Vowel production in English and in Spanish requires different ways of rounding and tensing the lips as well as degrees of jaw movement for accurate production and perception. In this sense, articulation to produce Spanish vowels needs to be more fixed and unambiguous than for English vowels, which usually have more variation in the production of a single vowel. In my Spring 2011 SP 484 class, I asked students to work with an interactive articulatory website. I then used a Flip handheld video camera to record students’ mouths while they read sentences in Spanish. The videos were split into photo stills or snapshots and saved to Dropbox and then to the photo library on the iPad. I then opened the stills in AirSketch, which has a folder for all of the images that are in the iPad photo library, and used a stylus to indicate changes in mouth articulation that would help the student produce a more native-like pronunciation. I emailed the resulting annotated photo instantly to the student, with space for extra comments, and attached their original recording. I also projected the annotated images so that we could discuss them in class. Because I was using an iPad 1, I had to find apps that were VGA compatible. AirSketch provided for more seamless composing and projecting than using iAnnotate in combination with Perfect Browser, which is what I tried first.
In the picture, you will see that the English-speaking student is producing a Spanish vowel sound with neutral lips (as in English). By using AirSketch on the iPad, I indicated to him the correct lip and jaw position to produce the Spanish [a] sound more clearly, as in the word disciplinAs.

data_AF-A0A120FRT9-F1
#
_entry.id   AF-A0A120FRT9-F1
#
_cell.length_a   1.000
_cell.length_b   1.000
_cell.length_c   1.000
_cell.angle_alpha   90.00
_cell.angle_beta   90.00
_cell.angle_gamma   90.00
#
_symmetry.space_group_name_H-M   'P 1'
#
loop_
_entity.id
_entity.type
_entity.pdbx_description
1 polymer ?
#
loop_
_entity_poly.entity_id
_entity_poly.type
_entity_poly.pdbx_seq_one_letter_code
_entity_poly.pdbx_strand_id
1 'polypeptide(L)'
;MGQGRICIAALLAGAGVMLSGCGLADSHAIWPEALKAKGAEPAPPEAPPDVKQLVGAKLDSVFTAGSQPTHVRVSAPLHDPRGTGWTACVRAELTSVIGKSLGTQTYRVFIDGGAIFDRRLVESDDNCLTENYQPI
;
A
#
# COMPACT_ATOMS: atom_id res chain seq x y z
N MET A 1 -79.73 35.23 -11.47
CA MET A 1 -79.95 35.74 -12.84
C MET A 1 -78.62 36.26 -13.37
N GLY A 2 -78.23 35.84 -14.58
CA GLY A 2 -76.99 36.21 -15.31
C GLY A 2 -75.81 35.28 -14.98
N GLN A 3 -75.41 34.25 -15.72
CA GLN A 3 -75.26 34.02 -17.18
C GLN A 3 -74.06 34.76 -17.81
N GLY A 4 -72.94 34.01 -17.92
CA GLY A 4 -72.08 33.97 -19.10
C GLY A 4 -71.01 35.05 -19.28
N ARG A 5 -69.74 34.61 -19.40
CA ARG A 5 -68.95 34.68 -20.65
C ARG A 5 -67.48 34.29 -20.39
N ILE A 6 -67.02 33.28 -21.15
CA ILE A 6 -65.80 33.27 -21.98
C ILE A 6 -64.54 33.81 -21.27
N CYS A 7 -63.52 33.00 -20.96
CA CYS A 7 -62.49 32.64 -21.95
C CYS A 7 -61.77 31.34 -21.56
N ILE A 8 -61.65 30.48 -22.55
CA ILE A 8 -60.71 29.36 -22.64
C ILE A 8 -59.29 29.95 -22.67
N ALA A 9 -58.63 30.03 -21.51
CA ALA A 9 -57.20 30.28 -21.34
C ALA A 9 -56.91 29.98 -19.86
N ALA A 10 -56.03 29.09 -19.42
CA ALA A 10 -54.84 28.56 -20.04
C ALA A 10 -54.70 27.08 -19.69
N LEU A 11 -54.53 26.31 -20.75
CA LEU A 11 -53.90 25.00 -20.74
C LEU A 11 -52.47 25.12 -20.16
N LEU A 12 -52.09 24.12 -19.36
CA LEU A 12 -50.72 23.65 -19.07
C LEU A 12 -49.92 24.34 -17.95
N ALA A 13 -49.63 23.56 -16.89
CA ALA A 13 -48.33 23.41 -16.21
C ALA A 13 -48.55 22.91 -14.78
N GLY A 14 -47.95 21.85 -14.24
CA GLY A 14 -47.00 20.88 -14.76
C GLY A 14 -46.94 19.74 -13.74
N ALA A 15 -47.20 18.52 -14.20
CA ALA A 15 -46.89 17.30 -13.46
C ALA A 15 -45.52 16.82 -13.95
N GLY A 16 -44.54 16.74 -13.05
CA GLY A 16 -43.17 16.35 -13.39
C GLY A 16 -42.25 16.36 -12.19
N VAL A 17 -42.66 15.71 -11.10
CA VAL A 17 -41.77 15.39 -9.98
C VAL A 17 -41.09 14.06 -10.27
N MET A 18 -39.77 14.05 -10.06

Students found the experience helpful and enjoyable. With this method, I was able to help them become more aware of what sounds they actually produced and the changes they needed to make. After they received the annotated images and after class discussions, I assessed their pronunciation with another recording, which, in most cases, showed improvement in pronunciation.
It was a very useful experience overall. An initial drawback was trying to experiment with different apps until I found the ones that would do what I needed. The real drawback was the interface with the Flip video cameras I used, with much time spent trying to figure out a way to avoid using a computer to mediate between the iPad and the cameras, as well as trying to make the Flip app work. I got very useful help, though, from eTech all throughout the process. The major strengths of the experience were the portability of the iPad and the handy ways of making annotations for students. I plan to carry on the project again this semester, but using other video cameras, and iMovie to edit the videos into smaller clips.
-Alicia Cipria is Associate Professor of Spanish Linguistics. She holds a PhD in Hispanic Linguistics from The Ohio State University, specializing in the semantics of verb tense and aspect. She has been involved with the Roadmap to Redesign for the three large courses of Spanish at the Elementary level since its very conception, in 2004. After the official R2R project finished successfully, she continued working on the refinement of the hybrid courses that resulted from R2R (in-class/online combination), which is still the norm for Elementary Spanish at UA, allowing for the accommodation of an ever-growing student enrollment. Dr. Cipria has directed dissertations dealing with the application of technology to language courses and has been invited to numerous focus sessions and advisory meetings dealing with technology and languages, organized by different publishers of College Spanish textbooks (McGraw-Hill, Houghton Mifflin, Heinle/Cengage, and Wiley).